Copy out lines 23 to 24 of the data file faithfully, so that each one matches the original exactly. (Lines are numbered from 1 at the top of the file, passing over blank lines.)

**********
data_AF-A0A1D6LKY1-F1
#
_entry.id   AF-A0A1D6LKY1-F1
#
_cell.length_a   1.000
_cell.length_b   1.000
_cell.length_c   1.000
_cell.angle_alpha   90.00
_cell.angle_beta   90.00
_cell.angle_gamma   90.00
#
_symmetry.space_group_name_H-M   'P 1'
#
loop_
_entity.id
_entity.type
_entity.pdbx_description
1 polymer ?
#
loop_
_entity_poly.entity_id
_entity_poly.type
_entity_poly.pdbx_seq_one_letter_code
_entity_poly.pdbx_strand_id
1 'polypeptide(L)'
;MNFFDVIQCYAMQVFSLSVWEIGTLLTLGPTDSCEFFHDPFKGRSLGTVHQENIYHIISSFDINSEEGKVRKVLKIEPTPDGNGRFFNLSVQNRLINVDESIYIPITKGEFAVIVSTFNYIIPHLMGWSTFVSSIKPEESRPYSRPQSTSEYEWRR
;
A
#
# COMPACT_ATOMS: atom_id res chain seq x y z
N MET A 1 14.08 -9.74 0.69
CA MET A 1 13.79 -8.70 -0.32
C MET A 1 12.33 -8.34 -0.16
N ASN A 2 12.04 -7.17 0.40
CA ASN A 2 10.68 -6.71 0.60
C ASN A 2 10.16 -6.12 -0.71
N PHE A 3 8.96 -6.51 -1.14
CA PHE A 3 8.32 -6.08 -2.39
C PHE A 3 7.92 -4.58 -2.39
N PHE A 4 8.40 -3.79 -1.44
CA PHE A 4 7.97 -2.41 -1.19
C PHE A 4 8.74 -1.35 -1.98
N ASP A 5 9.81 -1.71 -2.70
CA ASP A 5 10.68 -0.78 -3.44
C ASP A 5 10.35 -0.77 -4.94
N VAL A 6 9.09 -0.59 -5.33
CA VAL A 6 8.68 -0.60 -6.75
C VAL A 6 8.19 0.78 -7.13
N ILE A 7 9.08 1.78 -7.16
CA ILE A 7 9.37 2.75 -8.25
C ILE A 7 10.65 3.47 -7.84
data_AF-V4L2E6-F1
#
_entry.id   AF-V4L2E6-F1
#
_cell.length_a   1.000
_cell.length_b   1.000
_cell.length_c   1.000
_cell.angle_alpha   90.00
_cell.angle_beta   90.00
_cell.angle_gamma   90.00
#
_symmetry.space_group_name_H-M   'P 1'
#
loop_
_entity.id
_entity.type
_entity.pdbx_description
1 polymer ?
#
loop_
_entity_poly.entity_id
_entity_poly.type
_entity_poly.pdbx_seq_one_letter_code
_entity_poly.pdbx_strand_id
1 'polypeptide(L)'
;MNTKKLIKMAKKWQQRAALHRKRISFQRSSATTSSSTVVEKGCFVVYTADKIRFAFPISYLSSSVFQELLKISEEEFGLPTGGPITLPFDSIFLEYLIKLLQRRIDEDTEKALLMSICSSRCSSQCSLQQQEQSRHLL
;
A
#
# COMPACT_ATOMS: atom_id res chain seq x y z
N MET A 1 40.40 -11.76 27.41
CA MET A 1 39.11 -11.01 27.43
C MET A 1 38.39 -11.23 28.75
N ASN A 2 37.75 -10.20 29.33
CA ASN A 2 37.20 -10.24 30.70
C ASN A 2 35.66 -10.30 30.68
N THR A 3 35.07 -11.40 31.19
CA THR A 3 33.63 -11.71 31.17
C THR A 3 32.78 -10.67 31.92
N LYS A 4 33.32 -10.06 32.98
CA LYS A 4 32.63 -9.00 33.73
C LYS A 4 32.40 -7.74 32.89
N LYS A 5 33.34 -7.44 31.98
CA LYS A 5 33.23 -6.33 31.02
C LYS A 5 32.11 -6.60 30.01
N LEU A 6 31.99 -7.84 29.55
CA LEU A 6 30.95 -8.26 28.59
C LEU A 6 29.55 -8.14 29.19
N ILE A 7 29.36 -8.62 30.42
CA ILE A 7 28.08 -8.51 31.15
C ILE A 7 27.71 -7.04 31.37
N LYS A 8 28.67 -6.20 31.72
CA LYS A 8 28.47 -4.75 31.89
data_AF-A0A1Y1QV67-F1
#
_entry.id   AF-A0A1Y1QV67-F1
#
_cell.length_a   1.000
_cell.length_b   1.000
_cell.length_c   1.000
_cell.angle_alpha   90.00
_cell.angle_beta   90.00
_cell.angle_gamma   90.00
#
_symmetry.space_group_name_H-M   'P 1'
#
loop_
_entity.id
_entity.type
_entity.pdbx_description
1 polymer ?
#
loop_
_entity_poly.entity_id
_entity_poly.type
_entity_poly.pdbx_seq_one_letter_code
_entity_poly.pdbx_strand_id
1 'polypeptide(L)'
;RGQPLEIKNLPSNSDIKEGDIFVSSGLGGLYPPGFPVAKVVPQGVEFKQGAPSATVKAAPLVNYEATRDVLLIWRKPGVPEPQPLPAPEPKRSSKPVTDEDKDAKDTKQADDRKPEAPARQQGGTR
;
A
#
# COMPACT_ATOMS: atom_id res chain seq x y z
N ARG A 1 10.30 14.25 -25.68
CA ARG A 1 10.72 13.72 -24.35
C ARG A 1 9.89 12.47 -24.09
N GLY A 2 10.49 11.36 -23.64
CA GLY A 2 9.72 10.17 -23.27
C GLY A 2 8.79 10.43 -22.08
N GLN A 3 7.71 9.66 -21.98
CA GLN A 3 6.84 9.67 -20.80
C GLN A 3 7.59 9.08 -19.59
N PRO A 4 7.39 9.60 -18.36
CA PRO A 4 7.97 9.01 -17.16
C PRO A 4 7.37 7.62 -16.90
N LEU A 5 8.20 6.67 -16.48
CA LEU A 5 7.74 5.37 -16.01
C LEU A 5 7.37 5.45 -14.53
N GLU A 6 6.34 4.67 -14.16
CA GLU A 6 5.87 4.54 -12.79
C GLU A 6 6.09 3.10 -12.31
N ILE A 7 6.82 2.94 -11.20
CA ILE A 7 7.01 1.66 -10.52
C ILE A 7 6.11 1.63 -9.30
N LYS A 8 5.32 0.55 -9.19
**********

_entity_poly.pdbx_seq_one_letter_code
_entity_poly.pdbx_strand_id